What’s Wrong With Risk Management in Financial Institutions?

What’s Wrong With Risk Management in Financial Institutions?

With the financial crisis still looming over the world economy, the regulators are trying to regulate the financial institutions more and more. This has lead to an over-burdening of staff having to comply with legislation.

In the process of producing more and more paperwork to keep the legislators happy, many financial institutions have lost their way, especially, when it comes to managing their business risks.

Risk Management is often seen as an inhibitor of business, rather than as an aide to business growth.

If we go back to first principles, we see that Risk Management was introduced in order to:

  1. Protect the business
  2. Protect the shareholders
  3. Protect the public

In any business, if one can identify the risks in advance of them materialising and put some safeguards in place, this would of course be prudent practice.

For example, looking at a typical sales process could you could identify the risks around customer satisfaction and client retention rates. So as a measure we could set up some metrics around customer complaints. Your risk appetite could be, say, between 70 to 100 complaints from customers a month.

If the level of complaints went above 100, this could be investigated and action could be taken to reduce the customer complaints. Likewise, if the level of complaints went below 70, this could be an indication of falling sales or lack of reporting and measures could be put into place to rectify this.

Of course there can be up and downs in profits, however, each company has a duty of care to its shareholders to maximise their return on investment.

In order to do this there must be accountability for errors and mistakes. And therein lies the problem! Risk Management follows a “blame culture”.

The Operational Risk Manager will blame operational staff for not reporting accurately.

The Group Risk Manager will blame the Risk Manager for not embedding the Risk Management framework in the business.

The Head of Risk will blame the Group Risk Manager for not carrying out audits and checks.

The Chief Risk officer will blame the Head of Risk for not putting safeguards in place to manage the risk appetite of the business.

The CEO will blame the Chief Risk Officer and simply say it’s your responsibility, not mine!

The IT department gets blamed for anything that has anything to do with computer hardware or software.

It reads like a children’s story book but unfortunately it’s too true!

Earlier in this article I stated that “In order to have a useful risk management framework there must be accountability”. Now by accountability I don’t mean blame. What I mean is accountability for rectifying errors, malpractices and non-adherence to policies and procedures.

If the accountability is with the person who didn’t follow the procedure then there is a real possibility of non-reporting. We see companies such as: Enron, Worldcom, Andersons, The Royal Bank of Scotland, in the news too often and this undermines the public confidence in the regulatory practices of any large organisation.

In order to move away from the blame culture, the risk department needs to be divided into separate sections and as a minimum into the following:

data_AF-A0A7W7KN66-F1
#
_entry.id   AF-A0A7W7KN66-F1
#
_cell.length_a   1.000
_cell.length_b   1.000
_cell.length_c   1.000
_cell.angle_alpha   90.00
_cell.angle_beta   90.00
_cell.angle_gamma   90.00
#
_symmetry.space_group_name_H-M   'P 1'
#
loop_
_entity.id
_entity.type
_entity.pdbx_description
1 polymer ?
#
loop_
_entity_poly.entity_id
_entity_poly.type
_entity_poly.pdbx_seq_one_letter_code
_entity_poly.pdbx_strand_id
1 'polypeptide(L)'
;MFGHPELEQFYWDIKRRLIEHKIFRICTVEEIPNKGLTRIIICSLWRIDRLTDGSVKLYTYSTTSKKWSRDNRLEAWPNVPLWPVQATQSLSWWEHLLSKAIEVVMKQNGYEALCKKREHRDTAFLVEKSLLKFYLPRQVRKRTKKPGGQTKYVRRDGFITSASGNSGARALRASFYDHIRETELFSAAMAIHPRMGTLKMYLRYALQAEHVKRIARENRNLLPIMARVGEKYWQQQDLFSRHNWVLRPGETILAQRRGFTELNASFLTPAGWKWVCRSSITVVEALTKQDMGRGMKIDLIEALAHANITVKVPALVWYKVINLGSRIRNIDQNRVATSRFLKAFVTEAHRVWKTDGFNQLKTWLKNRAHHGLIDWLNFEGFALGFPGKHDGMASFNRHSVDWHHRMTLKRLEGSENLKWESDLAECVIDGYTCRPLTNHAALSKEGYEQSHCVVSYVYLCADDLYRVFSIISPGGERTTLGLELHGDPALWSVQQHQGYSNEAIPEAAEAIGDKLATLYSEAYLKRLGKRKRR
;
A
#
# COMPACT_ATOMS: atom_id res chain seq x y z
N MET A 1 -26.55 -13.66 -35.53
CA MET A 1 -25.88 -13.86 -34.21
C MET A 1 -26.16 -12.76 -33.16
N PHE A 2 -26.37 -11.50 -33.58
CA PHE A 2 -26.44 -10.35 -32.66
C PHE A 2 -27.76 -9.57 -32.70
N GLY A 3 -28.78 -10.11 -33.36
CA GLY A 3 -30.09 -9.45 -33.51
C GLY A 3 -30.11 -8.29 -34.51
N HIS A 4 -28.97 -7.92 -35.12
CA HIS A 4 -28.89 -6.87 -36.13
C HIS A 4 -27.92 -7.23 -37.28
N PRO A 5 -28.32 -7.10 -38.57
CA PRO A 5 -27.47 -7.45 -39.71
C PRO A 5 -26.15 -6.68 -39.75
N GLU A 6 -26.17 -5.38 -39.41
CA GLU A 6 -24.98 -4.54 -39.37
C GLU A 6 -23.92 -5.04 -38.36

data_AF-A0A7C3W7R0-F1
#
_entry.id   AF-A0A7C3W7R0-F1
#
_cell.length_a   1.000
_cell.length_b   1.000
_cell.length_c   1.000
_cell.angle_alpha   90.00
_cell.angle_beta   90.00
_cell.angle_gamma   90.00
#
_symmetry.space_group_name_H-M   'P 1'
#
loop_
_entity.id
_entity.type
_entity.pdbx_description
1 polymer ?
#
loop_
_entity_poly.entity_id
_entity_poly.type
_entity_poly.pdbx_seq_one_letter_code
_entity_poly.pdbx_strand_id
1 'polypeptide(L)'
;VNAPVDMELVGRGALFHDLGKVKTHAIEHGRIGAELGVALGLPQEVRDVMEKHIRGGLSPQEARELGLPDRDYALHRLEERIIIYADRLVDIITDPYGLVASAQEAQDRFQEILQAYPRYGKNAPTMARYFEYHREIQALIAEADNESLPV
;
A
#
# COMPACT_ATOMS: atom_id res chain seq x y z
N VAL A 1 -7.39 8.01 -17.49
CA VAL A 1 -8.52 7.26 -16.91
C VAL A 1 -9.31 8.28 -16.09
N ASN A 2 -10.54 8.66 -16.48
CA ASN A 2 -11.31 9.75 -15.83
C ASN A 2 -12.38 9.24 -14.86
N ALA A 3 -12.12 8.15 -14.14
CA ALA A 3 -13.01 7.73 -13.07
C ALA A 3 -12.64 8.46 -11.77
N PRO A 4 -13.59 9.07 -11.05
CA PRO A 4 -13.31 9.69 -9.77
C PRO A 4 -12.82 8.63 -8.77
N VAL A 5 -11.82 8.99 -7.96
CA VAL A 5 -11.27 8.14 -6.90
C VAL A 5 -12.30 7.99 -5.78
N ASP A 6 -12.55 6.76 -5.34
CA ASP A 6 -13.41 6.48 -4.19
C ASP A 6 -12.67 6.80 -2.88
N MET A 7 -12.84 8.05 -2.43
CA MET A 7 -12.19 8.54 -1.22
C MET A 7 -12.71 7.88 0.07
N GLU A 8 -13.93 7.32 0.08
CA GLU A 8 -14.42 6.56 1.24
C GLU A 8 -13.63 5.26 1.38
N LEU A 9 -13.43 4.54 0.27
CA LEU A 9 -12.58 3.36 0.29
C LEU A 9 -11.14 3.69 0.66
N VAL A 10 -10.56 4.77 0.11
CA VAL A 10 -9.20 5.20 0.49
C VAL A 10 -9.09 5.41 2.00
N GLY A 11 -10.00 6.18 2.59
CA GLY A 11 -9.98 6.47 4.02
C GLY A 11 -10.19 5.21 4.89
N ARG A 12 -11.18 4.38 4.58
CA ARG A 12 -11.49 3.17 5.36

1. Risk Audit Section: whose sole job is to find problem areas and hotspots within the risk framework, by carrying out a series of Risk Audits. This section should report directly to the head of internal audit. In addition the Head of Internal Audit should be completely independent from the risk function.
  2. Risk Management Reporting section: production of daily, weekly, fortnightly, monthly etc. reports and Management Information.
  3. Risk Management Policy and Procedures: Whose function is to ensure that the organisation really learns from its mistakes by ensuring policies and procedures and controls are put are put in place so similar mistakes do not occur again.

Where possible, Risk professionals should be cross skilled with multi-disciplinary specialisms. For example, Information Technology and Risk Management, or Finance/Accounts and Risk Management, or any other combination that may assist the business. Now I say this from experience, as I am: A Chartered Tax Advisor; A Risk Management Professional; An IT specialist and an NLP Master Coach and certified trainer, but that’s another story!

What makes these cross skilled Risk Managers an asset to any organisation is that they can understand the technical language as well as the internal workings of the areas and departments in which they have specialisms. This in turn means that less errors and mistakes are made when departments must communicate with each other and when handing off work to other departments. Or indeed simply running an effective meeting would assist organisations greatly.

In addition, if the departments themselves from the CEO to the people at ground zero could communicate effectively with subordinates, peers and executives using language that moves us away from the blame culture this would mean Risk Professionals would be able to effectively work towards reducing Risk, rather than hiding from mistakes.

So in summary I would conclude that effective communication at all levels as well as true accountability for future actions and not the past will lead to more confidence in Risk Management as a whole.

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